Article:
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A municipal worker stands next to the remains of vehicles, steel cupboards and other materials on a street in New Delhi, India, on Feb. 27, 2020.

Altaf Qadri/The Associated Press

The mob smashed through the gate and cut the electricity. The men stormed up the steps, chanting the name of a Hindu god, and brandishing knives, chains, iron bars and pieces of pipe.

The Musharraf family, who are Muslim, locked themselves in a dark room. Their breadwinner, a thirtysomething rickshaw driver, threw himself under the bed and curled up in a wooden box. But the mob of more than 25 men found him. “Please, I’m also your brother,” he pleaded and folded his hands in front of his chest, a gesture for mercy, according to several survivors. “I also have young kids, like you.”

They clubbed him in the face and dragged him out. Family members, in hiding around the neighbourhood, frantically called the police. No one came.

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As India’s worst spasm of religious violence in years entered its sixth day, with the death toll climbing to at least 38, questions are intensifying about why the New Delhi police failed to quell the bloodletting.

Since Sunday, gangs of Hindus and Muslims have clashed with crude weapons and homemade guns. Scores of homes, shops and cars have been set aflame. Many once-integrated communities are ripping apart along sectarian lines, with more accounts emerging of brazen religious targeting.

Witnesses have said that police officers, under the command of a Hindu nationalist governing party that has a long history of vilifying Muslims, intentionally stood back and let Hindu mobs slaughter Muslim civilians.

There are also growing concerns that U.S. President Donald Trump’s visit this week, which Prime Minister Narendra Modi had touted for weeks, drew away high-level attention and personnel, leaving neighbourhoods completely exposed at a time of life or death.

Intelligence agents within the police services sent several alerts Sunday asking for more forces to be deployed, but the chaos only grew, according to Indian media. Delhi was preparing for Mr. Trump’s arrival and thousands of police officers were deployed to line the roads Monday as Mr. Trump’s motorcade cruised into town.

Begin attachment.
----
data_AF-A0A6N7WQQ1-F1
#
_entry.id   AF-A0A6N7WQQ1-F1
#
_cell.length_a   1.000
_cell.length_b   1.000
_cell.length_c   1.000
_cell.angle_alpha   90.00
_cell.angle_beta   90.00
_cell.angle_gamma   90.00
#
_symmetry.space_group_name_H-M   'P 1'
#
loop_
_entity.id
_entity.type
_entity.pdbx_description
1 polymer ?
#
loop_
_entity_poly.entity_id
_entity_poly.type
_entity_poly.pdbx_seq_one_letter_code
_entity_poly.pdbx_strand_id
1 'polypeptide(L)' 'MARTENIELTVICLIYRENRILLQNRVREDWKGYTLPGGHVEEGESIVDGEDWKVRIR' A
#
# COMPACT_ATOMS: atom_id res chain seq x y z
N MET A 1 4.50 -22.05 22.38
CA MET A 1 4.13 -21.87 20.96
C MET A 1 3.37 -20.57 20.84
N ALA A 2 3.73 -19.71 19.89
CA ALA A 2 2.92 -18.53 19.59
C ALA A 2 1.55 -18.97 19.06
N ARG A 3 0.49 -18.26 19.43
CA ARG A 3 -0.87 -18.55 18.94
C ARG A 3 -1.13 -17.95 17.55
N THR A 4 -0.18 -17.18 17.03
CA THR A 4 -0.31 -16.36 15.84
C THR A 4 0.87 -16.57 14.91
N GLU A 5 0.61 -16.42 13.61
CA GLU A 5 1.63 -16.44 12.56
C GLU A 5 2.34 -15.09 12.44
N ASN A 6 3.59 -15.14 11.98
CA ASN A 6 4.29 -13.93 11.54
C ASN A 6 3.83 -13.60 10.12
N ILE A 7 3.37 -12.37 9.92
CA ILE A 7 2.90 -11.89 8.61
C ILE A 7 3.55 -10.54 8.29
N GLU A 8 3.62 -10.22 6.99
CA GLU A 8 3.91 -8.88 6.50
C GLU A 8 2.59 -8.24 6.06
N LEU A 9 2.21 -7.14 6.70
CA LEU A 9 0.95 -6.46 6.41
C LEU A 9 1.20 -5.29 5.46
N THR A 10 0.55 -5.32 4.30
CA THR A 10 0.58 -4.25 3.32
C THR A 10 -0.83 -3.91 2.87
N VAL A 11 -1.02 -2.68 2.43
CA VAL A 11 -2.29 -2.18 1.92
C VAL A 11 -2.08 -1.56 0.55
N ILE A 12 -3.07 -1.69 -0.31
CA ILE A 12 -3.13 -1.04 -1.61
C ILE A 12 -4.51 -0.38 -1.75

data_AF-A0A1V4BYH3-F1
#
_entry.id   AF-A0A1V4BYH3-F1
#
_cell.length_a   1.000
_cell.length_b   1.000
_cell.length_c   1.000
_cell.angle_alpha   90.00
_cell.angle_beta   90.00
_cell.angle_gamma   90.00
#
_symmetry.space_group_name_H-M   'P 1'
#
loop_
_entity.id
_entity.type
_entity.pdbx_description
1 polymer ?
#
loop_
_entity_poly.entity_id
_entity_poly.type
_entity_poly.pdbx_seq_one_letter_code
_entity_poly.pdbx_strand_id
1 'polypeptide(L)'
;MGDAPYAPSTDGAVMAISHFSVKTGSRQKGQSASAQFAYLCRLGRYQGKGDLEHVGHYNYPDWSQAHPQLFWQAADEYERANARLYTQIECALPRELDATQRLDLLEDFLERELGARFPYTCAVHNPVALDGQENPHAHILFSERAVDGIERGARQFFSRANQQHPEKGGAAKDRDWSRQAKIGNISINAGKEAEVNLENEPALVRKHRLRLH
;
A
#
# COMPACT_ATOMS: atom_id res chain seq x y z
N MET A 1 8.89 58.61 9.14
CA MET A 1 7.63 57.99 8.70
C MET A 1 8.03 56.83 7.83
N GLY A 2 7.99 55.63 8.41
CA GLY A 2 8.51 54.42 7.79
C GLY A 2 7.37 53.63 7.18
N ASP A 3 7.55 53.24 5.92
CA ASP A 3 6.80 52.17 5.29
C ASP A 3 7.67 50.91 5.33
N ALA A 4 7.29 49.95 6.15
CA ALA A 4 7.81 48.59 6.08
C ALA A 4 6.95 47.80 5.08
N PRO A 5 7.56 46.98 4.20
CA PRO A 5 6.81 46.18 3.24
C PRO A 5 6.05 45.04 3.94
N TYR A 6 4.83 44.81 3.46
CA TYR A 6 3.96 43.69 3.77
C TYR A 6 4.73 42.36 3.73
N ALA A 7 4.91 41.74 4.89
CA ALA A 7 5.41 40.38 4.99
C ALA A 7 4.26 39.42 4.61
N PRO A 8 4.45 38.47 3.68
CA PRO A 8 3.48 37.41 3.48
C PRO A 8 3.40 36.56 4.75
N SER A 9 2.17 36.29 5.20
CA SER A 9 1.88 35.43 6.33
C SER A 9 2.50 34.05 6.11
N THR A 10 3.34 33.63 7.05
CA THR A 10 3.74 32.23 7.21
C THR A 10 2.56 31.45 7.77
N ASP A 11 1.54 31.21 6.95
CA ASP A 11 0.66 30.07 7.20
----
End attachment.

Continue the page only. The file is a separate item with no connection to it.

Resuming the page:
“The whole city knew that riots were impending,” said Harsh Mander, a human-rights activist who is pressing the courts to investigate the ringleaders. “Why didn’t the police act?”

At a court hearing Thursday, in which Mr. Mander accused several members of the governing party of engaging in hate speech and inciting the killings, the government asked for more time to investigate. Critics saw this as a stall tactic by Mr. Modi’s government to protect its own. The court gave the government four more weeks.

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Alok Kumar, a senior police commander, said he was not aware that Mr. Trump’s visit had affected deployments. But two other government officials, who spoke on the condition of anonymity for fear of reprisal, said that there had been a shortage of officers because so many had been assigned to provide security for Mr. Trump.

New Delhi, a city of about 20 million people, has about 80,000 police officers. Since it is the capital, they fall under the command of Mr. Modi’s central government. It was only after Mr. Trump left on Tuesday night that forces were shifted, the two officials said.

When Raveesh Kumar, a top government spokesman, was asked Thursday if Mr. Trump’s visit affected the way the riots were handled, he declined to answer.

“Frankly, what led to this and why this happened, I think this of course will be a matter of investigation,” he said. He added that law-enforcement agencies were “working to bring the situation back to normal.”

It is not there yet.

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The violence was triggered by dueling protests for and against India’s new citizenship law, which is widely seen as anti-Muslim. Many people have blamed Kapil Mishra, an ambitious politician in Mr. Modi’s party known for making anti-Muslim statements, for instigating the violence. He is among those accused of hate speech.

The family of Musharraf (he had used one name) received a call Wednesday morning after he had been dragged away the previous night. His wife, Mallika, said she had never given up on her husband coming back. “He’s the only person I have in this world,” she said.

A neighbour saw his corpse being lifted out of a ditch, along with six others, she said. His face was smashed.

The family were instructed to go to the Guru Teg Bahadur mortuary, the nearest big one. But authorities delayed releasing his body, dragging out the family’s grief. Nobody was giving any answers. And his was hardly the only body locked behind steel gates.

Both Hindus and Muslims have died, but the killings and property destruction have been lopsidedly against Muslims. Many people believe this is because the state security services are controlled by Hindu nationalists and that police officers abetted the Hindu mobs.

Near the mortuary gates, Mallika leaned against a wall. She closed her eyes. She looked exhausted.

But she wasn’t going anywhere.

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